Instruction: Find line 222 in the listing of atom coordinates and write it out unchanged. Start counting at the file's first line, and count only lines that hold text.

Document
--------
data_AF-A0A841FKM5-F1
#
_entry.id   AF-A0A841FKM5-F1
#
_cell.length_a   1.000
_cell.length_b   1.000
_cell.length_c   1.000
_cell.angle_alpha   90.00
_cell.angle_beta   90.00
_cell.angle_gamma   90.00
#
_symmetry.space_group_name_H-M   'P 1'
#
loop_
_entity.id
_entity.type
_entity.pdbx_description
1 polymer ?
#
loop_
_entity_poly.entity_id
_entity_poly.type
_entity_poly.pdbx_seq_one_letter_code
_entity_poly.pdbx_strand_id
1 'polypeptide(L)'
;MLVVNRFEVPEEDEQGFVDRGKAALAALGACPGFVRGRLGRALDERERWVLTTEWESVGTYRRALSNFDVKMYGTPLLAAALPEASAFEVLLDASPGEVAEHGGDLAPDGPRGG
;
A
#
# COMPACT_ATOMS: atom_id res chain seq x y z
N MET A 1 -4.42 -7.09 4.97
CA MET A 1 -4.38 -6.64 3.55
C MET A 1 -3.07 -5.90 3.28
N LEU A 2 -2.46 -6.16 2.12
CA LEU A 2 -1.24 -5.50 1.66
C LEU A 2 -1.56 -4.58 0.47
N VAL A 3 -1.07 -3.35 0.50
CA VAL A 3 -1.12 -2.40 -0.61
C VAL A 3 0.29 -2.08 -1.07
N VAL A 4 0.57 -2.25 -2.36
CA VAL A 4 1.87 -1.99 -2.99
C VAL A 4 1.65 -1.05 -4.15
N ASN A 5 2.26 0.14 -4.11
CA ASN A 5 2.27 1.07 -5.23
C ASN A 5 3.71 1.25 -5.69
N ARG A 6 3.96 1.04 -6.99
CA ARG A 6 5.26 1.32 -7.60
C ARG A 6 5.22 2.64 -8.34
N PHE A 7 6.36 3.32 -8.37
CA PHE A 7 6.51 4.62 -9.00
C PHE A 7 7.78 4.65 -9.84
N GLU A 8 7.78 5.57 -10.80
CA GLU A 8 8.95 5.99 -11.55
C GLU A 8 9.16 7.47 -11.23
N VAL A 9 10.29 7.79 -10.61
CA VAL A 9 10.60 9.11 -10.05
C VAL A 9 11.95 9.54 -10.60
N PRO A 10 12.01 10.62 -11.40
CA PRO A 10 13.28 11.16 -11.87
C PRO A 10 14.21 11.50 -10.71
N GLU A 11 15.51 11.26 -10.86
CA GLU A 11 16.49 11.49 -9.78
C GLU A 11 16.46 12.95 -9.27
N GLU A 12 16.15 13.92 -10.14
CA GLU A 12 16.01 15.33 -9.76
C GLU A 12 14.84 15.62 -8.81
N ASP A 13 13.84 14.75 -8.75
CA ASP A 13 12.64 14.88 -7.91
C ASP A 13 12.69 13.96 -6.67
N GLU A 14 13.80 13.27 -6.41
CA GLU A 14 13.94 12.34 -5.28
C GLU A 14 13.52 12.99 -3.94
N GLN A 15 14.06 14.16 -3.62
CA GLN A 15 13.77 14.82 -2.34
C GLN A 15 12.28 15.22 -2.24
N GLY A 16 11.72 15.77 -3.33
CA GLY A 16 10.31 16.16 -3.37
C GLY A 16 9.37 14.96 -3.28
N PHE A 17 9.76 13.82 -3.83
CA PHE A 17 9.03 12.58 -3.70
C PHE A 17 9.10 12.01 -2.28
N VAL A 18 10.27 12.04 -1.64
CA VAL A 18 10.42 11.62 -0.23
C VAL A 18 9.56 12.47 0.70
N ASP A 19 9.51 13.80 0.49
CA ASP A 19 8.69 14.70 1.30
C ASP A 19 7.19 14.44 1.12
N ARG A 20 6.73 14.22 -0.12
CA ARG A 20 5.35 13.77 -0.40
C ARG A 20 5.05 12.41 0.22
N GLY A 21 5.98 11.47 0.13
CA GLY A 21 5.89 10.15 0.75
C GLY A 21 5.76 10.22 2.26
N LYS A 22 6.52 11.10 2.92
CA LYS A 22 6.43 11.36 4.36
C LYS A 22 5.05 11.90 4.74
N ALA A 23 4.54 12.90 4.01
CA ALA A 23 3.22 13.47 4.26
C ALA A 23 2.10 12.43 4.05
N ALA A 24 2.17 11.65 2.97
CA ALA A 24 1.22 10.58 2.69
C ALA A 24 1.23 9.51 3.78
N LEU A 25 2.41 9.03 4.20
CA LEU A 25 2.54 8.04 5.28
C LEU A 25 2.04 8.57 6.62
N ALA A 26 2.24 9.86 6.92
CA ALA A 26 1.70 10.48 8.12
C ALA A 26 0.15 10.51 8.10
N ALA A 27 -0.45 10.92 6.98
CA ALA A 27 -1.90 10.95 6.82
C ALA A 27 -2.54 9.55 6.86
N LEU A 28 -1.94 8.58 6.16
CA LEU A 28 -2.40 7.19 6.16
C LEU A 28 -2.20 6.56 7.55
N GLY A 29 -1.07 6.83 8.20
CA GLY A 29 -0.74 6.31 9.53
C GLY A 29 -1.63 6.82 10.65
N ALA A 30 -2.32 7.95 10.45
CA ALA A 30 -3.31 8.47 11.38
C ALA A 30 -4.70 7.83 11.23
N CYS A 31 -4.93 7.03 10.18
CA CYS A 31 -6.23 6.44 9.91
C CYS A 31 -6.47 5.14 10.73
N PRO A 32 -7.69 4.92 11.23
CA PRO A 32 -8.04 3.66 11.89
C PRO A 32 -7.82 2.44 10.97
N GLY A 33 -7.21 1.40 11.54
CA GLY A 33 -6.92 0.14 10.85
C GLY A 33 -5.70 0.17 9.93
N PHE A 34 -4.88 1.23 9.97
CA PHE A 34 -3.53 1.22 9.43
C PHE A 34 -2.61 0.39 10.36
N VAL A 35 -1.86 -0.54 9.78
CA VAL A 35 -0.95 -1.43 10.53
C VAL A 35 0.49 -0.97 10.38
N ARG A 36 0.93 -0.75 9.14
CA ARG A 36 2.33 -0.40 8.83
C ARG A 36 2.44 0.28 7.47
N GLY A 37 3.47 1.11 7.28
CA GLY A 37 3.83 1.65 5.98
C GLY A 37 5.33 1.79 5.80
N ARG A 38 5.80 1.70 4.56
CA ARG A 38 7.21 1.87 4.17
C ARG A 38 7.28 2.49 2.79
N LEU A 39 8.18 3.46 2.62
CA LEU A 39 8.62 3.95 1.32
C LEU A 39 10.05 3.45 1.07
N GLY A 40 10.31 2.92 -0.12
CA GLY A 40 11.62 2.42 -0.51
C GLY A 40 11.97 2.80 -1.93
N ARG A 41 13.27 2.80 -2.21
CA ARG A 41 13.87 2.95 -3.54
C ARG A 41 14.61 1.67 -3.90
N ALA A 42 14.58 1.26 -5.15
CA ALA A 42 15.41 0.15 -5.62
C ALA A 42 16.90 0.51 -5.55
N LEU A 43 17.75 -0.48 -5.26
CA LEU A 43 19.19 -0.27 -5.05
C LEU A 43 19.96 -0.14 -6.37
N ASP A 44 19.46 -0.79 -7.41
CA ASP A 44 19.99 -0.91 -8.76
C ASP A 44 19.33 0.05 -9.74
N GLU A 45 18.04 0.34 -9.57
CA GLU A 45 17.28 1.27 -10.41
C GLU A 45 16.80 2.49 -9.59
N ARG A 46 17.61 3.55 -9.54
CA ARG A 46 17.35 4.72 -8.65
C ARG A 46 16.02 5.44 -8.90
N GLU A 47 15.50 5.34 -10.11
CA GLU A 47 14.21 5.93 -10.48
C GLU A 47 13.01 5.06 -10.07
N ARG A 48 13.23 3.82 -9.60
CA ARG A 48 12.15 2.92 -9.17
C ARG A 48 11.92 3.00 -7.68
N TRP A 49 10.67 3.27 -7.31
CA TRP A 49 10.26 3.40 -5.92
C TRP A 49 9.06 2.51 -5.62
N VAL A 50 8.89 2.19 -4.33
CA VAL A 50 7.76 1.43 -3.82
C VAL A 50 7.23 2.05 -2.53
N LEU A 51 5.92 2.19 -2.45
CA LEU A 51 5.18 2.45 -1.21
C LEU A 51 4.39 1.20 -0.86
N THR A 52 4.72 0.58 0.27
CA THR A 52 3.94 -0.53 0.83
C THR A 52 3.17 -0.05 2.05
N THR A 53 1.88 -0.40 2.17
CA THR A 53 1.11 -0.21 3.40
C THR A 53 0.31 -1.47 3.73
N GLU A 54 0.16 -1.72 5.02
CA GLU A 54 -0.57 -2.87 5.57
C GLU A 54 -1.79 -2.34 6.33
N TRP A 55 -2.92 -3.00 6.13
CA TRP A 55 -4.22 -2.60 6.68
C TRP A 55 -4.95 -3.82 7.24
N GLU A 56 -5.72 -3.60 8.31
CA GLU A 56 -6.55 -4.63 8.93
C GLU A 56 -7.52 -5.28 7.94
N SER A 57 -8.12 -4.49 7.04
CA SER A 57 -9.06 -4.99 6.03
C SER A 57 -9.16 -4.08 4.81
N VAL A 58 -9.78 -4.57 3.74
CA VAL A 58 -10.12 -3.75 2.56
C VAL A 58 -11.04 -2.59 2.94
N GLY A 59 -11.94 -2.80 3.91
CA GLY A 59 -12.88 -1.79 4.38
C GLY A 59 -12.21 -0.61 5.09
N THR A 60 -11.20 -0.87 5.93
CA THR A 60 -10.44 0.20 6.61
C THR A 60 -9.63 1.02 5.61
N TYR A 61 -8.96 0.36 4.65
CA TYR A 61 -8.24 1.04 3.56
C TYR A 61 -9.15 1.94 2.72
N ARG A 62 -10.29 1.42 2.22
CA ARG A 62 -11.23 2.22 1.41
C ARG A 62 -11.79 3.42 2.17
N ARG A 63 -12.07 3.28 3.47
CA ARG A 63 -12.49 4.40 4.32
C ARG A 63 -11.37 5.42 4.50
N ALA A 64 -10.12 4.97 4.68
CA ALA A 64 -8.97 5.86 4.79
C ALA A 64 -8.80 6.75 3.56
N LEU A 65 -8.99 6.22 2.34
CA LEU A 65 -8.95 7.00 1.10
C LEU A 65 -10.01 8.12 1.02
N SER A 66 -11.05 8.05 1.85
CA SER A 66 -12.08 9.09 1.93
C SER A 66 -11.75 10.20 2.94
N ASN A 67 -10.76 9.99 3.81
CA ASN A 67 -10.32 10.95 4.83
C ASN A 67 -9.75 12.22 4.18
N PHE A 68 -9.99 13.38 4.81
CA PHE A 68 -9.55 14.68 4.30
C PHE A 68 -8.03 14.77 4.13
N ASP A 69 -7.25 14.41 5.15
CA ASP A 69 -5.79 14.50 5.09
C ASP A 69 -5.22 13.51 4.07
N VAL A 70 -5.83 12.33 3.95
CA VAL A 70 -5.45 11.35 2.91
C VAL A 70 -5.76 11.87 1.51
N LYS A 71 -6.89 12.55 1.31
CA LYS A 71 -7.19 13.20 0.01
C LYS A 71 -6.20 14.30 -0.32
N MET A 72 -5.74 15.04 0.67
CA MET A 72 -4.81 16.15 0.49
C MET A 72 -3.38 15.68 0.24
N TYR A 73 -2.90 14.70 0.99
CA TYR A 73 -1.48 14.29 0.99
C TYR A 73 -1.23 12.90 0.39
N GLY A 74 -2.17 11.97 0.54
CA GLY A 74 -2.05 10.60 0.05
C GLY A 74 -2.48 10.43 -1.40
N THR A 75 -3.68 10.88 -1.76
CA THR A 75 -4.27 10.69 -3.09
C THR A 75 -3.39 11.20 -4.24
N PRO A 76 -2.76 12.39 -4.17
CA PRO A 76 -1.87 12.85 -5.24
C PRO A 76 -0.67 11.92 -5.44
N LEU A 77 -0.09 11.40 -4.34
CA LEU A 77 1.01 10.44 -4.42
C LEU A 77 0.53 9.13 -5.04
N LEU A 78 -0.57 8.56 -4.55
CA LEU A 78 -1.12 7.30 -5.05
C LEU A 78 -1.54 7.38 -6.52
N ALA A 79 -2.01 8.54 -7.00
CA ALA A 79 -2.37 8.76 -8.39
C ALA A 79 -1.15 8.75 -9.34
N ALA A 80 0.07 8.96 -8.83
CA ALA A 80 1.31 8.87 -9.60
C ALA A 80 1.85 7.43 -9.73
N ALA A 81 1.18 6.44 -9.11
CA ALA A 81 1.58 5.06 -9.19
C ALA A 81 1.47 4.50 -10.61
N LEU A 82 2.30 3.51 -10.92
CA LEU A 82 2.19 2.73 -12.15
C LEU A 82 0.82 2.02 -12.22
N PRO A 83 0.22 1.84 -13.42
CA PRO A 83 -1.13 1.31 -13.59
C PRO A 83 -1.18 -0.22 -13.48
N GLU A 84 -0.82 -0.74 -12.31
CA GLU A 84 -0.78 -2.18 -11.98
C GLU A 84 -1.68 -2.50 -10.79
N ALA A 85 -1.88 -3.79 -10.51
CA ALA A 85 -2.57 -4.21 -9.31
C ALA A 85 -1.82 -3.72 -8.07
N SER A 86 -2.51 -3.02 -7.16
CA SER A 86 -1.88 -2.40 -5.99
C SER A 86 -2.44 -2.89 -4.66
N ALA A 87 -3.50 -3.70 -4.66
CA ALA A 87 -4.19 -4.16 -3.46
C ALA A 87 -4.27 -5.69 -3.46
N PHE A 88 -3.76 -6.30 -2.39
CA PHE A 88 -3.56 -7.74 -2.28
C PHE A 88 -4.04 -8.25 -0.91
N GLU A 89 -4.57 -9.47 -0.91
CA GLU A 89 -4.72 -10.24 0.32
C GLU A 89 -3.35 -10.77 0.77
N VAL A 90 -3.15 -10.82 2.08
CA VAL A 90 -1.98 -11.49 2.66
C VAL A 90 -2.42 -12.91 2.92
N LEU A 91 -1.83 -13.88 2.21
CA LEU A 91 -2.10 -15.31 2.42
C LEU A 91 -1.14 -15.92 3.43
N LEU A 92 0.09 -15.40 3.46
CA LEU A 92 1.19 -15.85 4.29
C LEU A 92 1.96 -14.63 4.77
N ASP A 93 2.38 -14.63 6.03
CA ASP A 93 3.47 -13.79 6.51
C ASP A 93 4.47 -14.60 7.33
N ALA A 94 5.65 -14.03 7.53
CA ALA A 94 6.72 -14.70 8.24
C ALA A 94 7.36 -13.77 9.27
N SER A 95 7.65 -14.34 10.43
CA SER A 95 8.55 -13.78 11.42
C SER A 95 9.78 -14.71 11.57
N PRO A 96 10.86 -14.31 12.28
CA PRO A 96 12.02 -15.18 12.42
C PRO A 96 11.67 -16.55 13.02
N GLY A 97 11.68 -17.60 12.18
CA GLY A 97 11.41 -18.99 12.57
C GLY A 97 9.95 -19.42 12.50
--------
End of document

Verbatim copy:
C ALA A 64 -8.80 6.75 3.56